In this pandemic year, the KYOTOGRAPHIE international photo festival, which normally takes place in springtime Kyoto right around cherry blossom season, was rescheduled for September 19th to October 18th 2020. For this 8th edition, the theme is “Vision”, because the founders, Lucille Reyboz and Yusuke Nakanishi feel that more and more of the world’s population is suffering from nearsightedness.
From their Japanese perspective, they have observed that our societies’ single-minded focus on profit and indulging in self-interest at any cost has led our society and environment to crumble, which is why they decided to commission photographers who have a unique point of view on what kind of future the world now needs to see.
One of the chosen ones is the Senegalese photographer Omar Victor Diop, a TRUE Africa favorite since we launched in 2015. Diop is known for his attention to detail, and his studio portraits (mostly self-portraits) speak, through vivid settings and vibrant colors, to the importance of African traditions. His take on African history tends to glorify the lives of historical figures without ever falling into the naïve exoticism that illustrates many of Africa’s ethnographic tales.
In the tradition of the great West African studio photographers of the twentieth century—names like Seydou Keïta and Malick Sidibé come to mind—Diop creates an atmosphere in his studio where the elaborate staging is made to feel less intimidating. Because so much of Diop’s photography is about heritage, and respect for elders and ancestors, a critic can easily spot his love of craftsmanship, which is why he felt right at home in Demachi Masugata, the smallish shopping arcade that is also one of Kyoto’s best known shōtengai.
As part of Kyotographie’s “Vision” theme, Diop cast various Demachi Masugata shop owners, and chose a selection of objects from their shops, for a series of oversize print collages that are currently hung in the arcade for the duration of the festival. As a lover-and longtime visitor-of Japan, I have always loved getting lost in shōtengai, those quirky neighborhood shopping streets that make for great people watching.
A couple of weeks before KYOTOGRAPHIE opened, I caught up with Diop, to discuss Japan, Africa, and everything in between.
How did you select the historical black figures that inspired your critically acclaimed self-portraits from the Diaspora series?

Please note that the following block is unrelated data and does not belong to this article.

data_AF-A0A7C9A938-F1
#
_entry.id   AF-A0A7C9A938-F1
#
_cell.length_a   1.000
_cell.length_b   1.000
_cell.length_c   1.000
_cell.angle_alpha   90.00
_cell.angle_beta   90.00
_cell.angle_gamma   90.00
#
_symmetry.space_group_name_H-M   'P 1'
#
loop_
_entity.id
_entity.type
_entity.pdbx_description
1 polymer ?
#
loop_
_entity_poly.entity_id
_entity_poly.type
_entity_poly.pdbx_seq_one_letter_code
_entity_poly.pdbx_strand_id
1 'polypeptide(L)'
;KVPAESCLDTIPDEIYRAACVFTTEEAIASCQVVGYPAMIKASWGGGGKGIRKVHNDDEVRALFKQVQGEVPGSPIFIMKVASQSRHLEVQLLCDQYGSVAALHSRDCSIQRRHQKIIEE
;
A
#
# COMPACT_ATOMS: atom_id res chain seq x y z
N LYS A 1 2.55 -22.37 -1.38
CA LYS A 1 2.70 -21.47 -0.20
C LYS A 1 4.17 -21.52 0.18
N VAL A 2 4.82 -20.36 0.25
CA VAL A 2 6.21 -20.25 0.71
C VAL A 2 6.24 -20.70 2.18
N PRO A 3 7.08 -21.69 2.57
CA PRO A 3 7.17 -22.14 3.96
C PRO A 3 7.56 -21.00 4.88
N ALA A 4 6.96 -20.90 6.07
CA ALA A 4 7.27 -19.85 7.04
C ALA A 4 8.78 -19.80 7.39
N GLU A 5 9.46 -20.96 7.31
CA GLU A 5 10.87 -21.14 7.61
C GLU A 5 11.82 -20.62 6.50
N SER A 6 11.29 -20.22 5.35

I was introduced to the families and their businesses on the first day of my trip to Kyoto by the KYOTOGRAPHIE team. I knew that I wanted a representative sample of the great diversity within the community, but I also wanted the process to be open. Hence, all the families that graced this portrait gallery with their faces volunteered. This makes the series even more special to me, because all the people who came to the studio are active participants in the project, which is an honor.
Many of these old style shopping arcades, called shōtengai, have been destroyed and replaced with malls and new developments. What is it about the history and character of this particular shōtengai that you found inspiring?
To be honest, it’s only a few days into the execution of the project that I realized that this particular shōtengai was special, thanks to the conversations I had with the families and other members of the local society. I feel privileged to be a witness and a portraitist of a community of merchants who do a lot more that sell everyday groceries and second-hand books. I have joined a community that strives to maintain traditions and social links between neighbors, while defending economic interests and exquisite traditions. That’s the magic of a good old photography festival: it’s about celebrating social interactions, documenting people and their love for their culture.
You showed me a self-portrait that illustrates the contrast between Japanese settings and African identifies. What are the similarities you found when comparing Japanese and Senegalese traditions?
I was genuinely surprised to see that there are probably more similarities between my Senegalese culture and Japanese culture than there are differences. If I had to put it in a very simple way, I’d say we care about our neighbor. We wake up every morning feeling grateful that we have work to do, and someone to care about. The moment that struck me the most is the morning, with the same rituals you would see in a Dakarois market, the smiles and small talk between the merchants, the little attentions to the regular customers. This made me feel like Dakar.
How did you select the historical Black figures that inspired your critically acclaimed self-portraits from the Diaspora series?
I like to say that I didn’t choose them, they revealed themselves to me. After I discovered the portrait of Jean Baptiste Belley, a former Senegalese slave who ended up being a member of France’s first parliament after the French revolution of 1789, I knew that he was not the only African who was an unsung hero that existed during the period I decided to study, namely the 15 to 19th centuries. I just kept an open eye, and soon, I uncovered a long list of African diplomats, politicians and artists that needed to be remembered and celebrated.